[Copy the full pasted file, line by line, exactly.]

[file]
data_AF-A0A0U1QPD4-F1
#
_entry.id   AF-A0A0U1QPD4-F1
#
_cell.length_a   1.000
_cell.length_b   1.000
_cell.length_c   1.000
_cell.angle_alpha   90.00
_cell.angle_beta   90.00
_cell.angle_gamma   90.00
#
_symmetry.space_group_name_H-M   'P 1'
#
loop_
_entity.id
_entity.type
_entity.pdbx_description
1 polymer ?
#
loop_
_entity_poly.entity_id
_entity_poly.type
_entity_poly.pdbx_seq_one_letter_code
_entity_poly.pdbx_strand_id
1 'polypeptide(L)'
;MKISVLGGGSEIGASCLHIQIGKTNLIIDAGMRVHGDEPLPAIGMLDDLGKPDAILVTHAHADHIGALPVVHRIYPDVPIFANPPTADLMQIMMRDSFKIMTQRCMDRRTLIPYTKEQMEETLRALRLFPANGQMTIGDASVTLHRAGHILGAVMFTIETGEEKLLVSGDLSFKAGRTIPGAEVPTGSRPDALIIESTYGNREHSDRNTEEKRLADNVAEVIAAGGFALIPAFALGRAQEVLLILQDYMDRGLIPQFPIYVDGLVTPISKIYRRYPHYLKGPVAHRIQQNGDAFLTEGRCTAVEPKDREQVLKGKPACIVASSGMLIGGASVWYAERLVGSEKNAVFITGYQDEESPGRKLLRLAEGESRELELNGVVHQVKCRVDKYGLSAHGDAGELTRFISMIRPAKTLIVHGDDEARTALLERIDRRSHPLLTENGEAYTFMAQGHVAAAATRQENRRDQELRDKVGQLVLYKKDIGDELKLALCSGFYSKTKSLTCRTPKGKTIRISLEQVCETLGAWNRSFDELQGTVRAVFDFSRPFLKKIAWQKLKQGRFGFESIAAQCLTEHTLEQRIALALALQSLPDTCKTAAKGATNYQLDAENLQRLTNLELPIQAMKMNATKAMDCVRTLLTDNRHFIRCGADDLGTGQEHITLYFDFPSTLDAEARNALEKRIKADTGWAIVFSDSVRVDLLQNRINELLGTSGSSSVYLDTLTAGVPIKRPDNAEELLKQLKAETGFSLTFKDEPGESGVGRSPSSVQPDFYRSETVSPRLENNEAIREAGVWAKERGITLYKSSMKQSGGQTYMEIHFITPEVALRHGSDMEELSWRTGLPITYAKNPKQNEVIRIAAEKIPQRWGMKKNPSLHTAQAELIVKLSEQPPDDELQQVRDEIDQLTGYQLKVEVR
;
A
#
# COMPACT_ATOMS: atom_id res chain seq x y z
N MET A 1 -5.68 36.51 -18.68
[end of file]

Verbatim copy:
data_AF-A0A0U1QPD4-F1
#
_entry.id   AF-A0A0U1QPD4-F1
#
_cell.length_a   1.000
_cell.length_b   1.000
_cell.length_c   1.000
_cell.angle_alpha   90.00
_cell.angle_beta   90.00
_cell.angle_gamma   90.00
#
_symmetry.space_group_name_H-M   'P 1'
#
loop_
_entity.id
_entity.type
_entity.pdbx_description
1 polymer ?
#
loop_
_entity_poly.entity_id
_entity_poly.type
_entity_poly.pdbx_seq_one_letter_code
_entity_poly.pdbx_strand_id
1 'polypeptide(L)'
;MKISVLGGGSEIGASCLHIQIGKTNLIIDAGMRVHGDEPLPAIGMLDDLGKPDAILVTHAHADHIGALPVVHRIYPDVPIFANPPTADLMQIMMRDSFKIMTQRCMDRRTLIPYTKEQMEETLRALRLFPANGQMTIGDASVTLHRAGHILGAVMFTIETGEEKLLVSGDLSFKAGRTIPGAEVPTGSRPDALIIESTYGNREHSDRNTEEKRLADNVAEVIAAGGFALIPAFALGRAQEVLLILQDYMDRGLIPQFPIYVDGLVTPISKIYRRYPHYLKGPVAHRIQQNGDAFLTEGRCTAVEPKDREQVLKGKPACIVASSGMLIGGASVWYAERLVGSEKNAVFITGYQDEESPGRKLLRLAEGESRELELNGVVHQVKCRVDKYGLSAHGDAGELTRFISMIRPAKTLIVHGDDEARTALLERIDRRSHPLLTENGEAYTFMAQGHVAAAATRQENRRDQELRDKVGQLVLYKKDIGDELKLALCSGFYSKTKSLTCRTPKGKTIRISLEQVCETLGAWNRSFDELQGTVRAVFDFSRPFLKKIAWQKLKQGRFGFESIAAQCLTEHTLEQRIALALALQSLPDTCKTAAKGATNYQLDAENLQRLTNLELPIQAMKMNATKAMDCVRTLLTDNRHFIRCGADDLGTGQEHITLYFDFPSTLDAEARNALEKRIKADTGWAIVFSDSVRVDLLQNRINELLGTSGSSSVYLDTLTAGVPIKRPDNAEELLKQLKAETGFSLTFKDEPGESGVGRSPSSVQPDFYRSETVSPRLENNEAIREAGVWAKERGITLYKSSMKQSGGQTYMEIHFITPEVALRHGSDMEELSWRTGLPITYAKNPKQNEVIRIAAEKIPQRWGMKKNPSLHTAQAELIVKLSEQPPDDELQQVRDEIDQLTGYQLKVEVR
;
A
#
# COMPACT_ATOMS: atom_id res chain seq x y z
N MET A 1 -5.68 36.51 -18.68